One more example? A typical in-game thread at Sons of Sam Horn can have 900+ posts. No photos, no video, no high-priced, celebrity, former player analysts, just a bunch of die hard fans sharing an experience.

Fighting over access is missing the point. The mainstream media does a great job of covering the teams, so do blogs and so do the teams and leagues themselves. There are plenty of eyeballs for everyone. The key is delivering unique, compelling content that people want to engage with. That could be analysis, video, audio, pictures, stats, mobile games, blogs, forums or any number of things.

Focus on creating an inviting environment and providing unique content and you won’t need to fight over the other stuff.

Forget ‘my’, the web prefix of the future will be ‘our’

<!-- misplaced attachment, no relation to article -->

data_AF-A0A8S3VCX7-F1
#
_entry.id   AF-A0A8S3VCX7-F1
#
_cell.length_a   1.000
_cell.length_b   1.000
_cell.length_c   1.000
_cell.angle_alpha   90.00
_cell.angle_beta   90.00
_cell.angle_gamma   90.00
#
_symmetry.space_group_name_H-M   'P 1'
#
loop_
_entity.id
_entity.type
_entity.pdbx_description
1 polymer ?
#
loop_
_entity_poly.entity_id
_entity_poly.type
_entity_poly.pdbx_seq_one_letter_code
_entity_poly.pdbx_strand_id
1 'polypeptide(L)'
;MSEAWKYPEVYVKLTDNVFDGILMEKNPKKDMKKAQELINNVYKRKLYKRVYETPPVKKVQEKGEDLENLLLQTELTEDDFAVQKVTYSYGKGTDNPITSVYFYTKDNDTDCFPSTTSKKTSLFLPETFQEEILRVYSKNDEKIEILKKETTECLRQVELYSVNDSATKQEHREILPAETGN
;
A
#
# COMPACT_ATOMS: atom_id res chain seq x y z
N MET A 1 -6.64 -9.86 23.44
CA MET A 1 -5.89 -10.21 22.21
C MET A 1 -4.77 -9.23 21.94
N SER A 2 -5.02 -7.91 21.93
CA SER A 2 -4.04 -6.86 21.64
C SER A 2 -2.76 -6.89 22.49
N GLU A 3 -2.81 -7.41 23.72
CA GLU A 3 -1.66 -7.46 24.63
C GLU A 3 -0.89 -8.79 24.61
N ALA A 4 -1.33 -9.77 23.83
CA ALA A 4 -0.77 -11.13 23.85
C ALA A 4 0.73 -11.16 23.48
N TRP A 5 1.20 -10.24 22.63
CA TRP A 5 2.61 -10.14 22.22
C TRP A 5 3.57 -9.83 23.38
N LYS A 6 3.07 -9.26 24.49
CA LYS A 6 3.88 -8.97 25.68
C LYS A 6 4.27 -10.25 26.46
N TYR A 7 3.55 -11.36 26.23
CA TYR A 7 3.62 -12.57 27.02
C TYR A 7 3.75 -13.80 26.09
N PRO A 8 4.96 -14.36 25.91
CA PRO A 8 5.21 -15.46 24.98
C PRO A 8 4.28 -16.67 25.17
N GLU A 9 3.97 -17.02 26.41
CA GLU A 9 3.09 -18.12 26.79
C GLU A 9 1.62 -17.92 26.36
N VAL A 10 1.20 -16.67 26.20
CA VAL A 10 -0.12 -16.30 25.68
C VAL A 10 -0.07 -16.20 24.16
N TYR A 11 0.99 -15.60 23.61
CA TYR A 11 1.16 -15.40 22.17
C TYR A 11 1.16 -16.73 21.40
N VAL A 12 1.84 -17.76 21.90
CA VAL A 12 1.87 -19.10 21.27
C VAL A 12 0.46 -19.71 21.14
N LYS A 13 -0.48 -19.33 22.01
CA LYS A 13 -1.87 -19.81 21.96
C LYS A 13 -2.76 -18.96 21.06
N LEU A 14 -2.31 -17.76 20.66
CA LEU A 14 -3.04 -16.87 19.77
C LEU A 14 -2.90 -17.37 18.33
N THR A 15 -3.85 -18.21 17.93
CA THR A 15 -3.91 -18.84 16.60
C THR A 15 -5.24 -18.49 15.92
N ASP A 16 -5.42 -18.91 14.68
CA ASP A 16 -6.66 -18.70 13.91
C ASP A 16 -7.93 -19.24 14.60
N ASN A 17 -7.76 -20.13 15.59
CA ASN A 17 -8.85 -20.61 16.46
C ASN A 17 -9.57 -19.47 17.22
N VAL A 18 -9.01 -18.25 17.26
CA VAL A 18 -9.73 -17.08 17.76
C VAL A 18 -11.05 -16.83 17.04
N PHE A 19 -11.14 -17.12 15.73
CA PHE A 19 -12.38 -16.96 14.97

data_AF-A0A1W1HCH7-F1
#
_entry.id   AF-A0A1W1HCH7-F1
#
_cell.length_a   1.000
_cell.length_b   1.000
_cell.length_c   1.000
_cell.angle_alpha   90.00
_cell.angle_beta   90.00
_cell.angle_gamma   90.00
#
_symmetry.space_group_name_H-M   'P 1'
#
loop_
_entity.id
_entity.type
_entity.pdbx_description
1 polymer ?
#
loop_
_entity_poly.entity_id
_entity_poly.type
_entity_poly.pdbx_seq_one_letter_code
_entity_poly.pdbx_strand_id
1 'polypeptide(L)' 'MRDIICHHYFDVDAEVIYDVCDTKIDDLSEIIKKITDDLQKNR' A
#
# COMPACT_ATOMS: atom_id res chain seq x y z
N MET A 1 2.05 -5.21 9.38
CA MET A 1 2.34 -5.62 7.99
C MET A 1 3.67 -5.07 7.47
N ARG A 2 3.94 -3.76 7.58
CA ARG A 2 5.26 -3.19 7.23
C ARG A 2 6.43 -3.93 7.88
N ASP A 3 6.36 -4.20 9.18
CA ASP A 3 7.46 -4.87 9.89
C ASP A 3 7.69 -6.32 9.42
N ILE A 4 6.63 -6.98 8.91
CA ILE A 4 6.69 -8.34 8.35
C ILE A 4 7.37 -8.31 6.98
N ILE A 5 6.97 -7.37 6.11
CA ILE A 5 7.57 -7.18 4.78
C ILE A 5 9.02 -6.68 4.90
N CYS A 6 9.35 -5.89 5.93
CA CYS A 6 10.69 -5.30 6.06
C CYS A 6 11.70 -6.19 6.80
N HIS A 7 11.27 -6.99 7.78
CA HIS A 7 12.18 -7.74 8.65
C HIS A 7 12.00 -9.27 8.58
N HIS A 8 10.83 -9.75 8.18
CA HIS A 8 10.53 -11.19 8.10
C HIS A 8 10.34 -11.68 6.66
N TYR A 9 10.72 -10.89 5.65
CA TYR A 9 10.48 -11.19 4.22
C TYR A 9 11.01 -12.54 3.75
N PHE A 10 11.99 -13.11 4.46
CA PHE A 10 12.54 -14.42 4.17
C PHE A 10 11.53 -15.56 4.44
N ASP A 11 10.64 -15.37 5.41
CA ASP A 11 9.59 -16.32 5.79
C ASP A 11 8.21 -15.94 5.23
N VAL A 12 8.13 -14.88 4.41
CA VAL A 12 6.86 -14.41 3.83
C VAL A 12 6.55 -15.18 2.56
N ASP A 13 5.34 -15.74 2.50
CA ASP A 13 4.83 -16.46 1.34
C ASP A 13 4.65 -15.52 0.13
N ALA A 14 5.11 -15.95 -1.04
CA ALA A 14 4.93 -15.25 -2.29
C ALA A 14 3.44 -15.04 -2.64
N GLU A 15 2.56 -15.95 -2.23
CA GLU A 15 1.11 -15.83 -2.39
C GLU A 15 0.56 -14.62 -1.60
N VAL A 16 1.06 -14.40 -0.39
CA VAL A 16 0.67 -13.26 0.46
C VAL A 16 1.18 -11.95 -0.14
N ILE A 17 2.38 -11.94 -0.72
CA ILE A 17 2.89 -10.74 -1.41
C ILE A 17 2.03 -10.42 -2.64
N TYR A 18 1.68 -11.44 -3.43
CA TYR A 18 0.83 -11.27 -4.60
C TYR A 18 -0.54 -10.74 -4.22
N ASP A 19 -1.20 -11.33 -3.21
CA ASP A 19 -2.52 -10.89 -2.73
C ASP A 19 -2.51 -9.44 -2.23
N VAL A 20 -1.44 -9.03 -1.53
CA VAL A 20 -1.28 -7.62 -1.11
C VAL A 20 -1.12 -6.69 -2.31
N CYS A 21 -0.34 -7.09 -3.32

In Ideas on April 22, 2008 at 6:09 am

An article in Sunday’s New York Times talked about the preponderance of the ‘my’ prefix in web marketing. We all know them: MyYahoo!, MyCoke, MySpace, the list goes on. Add to that sites like YouTube and Ubid or even products like the iPod and it’s clear that the online marketing imperative of the last 10 years was to personalize and individualize the experience. There has certainly been a shift in consumer habits, ironically brought about in part by MySpace. Sure, people still want to customize their experience, but they want to do it within a community. Social media, the sharing of thoughts, words and video, is now the dominating concept on the web. Yet many marketers don’t seem to have caught up yet. How much longer before we see:

OurSpace, UsTube and WePhone